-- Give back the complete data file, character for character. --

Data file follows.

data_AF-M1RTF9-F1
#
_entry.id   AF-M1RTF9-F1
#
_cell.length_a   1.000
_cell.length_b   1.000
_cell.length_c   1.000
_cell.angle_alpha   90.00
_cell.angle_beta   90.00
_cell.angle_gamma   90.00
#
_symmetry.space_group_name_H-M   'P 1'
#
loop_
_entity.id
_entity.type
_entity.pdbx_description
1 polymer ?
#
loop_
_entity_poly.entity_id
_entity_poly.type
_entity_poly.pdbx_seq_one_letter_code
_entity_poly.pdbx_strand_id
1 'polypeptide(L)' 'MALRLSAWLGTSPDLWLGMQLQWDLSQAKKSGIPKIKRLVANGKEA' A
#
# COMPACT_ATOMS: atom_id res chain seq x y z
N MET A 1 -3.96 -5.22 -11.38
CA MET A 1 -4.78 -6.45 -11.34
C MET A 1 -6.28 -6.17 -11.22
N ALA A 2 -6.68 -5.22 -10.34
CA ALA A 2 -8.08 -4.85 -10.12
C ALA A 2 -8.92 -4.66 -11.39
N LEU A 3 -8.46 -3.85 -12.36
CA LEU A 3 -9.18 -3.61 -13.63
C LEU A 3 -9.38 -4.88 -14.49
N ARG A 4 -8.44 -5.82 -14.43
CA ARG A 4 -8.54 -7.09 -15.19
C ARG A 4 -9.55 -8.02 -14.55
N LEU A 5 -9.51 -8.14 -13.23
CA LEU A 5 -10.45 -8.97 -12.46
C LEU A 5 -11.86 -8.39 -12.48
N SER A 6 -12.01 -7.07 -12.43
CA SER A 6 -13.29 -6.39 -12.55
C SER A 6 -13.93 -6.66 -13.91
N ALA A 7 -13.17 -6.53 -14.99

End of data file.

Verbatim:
data_AF-M1RTF9-F1
#
_entry.id   AF-M1RTF9-F1
#
_cell.length_a   1.000
_cell.length_b   1.000
_cell.length_c   1.000
_cell.angle_alpha   90.00
_cell.angle_beta   90.00
_cell.angle_gamma   90.00
#
_symmetry.space_group_name_H-M   'P 1'
#
loop_
_entity.id
_entity.type
_entity.pdbx_description
1 polymer ?
#
loop_
_entity_poly.entity_id
_entity_poly.type
_entity_poly.pdbx_seq_one_letter_code
_entity_poly.pdbx_strand_id
1 'polypeptide(L)' 'MALRLSAWLGTSPDLWLGMQLQWDLSQAKKSGIPKIKRLVANGKEA' A
#
# COMPACT_ATOMS: atom_id res chain seq x y z
N MET A 1 -3.96 -5.22 -11.38
CA MET A 1 -4.78 -6.45 -11.34
C MET A 1 -6.28 -6.17 -11.22
N ALA A 2 -6.68 -5.22 -10.34
CA ALA A 2 -8.08 -4.85 -10.12
C ALA A 2 -8.92 -4.66 -11.39
N LEU A 3 -8.46 -3.85 -12.36
CA LEU A 3 -9.18 -3.61 -13.63
C LEU A 3 -9.38 -4.88 -14.49
N ARG A 4 -8.44 -5.82 -14.43
CA ARG A 4 -8.54 -7.09 -15.19
C ARG A 4 -9.55 -8.02 -14.55
N LEU A 5 -9.51 -8.14 -13.23
CA LEU A 5 -10.45 -8.97 -12.46
C LEU A 5 -11.86 -8.39 -12.48
N SER A 6 -12.01 -7.07 -12.43
CA SER A 6 -13.29 -6.39 -12.55
C SER A 6 -13.93 -6.66 -13.91
N ALA A 7 -13.17 -6.53 -14.99